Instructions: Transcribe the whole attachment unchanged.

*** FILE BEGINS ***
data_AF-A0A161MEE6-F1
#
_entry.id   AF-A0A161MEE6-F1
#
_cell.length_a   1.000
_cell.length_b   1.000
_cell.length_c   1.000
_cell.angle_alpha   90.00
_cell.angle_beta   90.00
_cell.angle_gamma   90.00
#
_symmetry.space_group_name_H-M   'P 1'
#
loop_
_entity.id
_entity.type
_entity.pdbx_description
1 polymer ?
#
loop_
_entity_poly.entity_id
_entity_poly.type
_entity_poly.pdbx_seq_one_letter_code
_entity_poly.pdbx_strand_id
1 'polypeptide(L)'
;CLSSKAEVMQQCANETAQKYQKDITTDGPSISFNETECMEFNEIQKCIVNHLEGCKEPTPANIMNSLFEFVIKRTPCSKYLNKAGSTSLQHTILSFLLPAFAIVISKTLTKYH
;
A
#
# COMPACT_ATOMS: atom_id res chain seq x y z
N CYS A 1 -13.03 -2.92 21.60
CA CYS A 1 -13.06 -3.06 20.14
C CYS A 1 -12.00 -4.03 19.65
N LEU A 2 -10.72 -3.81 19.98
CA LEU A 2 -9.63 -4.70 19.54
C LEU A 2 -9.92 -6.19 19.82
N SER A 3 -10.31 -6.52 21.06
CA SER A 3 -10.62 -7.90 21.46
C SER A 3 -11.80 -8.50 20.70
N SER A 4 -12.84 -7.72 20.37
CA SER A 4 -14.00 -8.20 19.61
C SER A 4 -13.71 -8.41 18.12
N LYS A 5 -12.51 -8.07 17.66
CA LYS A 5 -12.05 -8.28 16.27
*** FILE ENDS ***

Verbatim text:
data_AF-A0A161MEE6-F1
#
_entry.id   AF-A0A161MEE6-F1
#
_cell.length_a   1.000
_cell.length_b   1.000
_cell.length_c   1.000
_cell.angle_alpha   90.00
_cell.angle_beta   90.00
_cell.angle_gamma   90.00
#
_symmetry.space_group_name_H-M   'P 1'
#
loop_
_entity.id
_entity.type
_entity.pdbx_description
1 polymer ?
#
loop_
_entity_poly.entity_id
_entity_poly.type
_entity_poly.pdbx_seq_one_letter_code
_entity_poly.pdbx_strand_id
1 'polypeptide(L)'
;CLSSKAEVMQQCANETAQKYQKDITTDGPSISFNETECMEFNEIQKCIVNHLEGCKEPTPANIMNSLFEFVIKRTPCSKYLNKAGSTSLQHTILSFLLPAFAIVISKTLTKYH
;
A
#
# COMPACT_ATOMS: atom_id res chain seq x y z
N CYS A 1 -13.03 -2.92 21.60
CA CYS A 1 -13.06 -3.06 20.14
C CYS A 1 -12.00 -4.03 19.65
N LEU A 2 -10.72 -3.81 19.98
CA LEU A 2 -9.63 -4.70 19.54
C LEU A 2 -9.92 -6.19 19.82
N SER A 3 -10.31 -6.52 21.06
CA SER A 3 -10.62 -7.90 21.46
C SER A 3 -11.80 -8.50 20.70
N SER A 4 -12.84 -7.72 20.37
CA SER A 4 -14.00 -8.20 19.61
C SER A 4 -13.71 -8.41 18.12
N LYS A 5 -12.51 -8.07 17.66
CA LYS A 5 -12.05 -8.28 16.27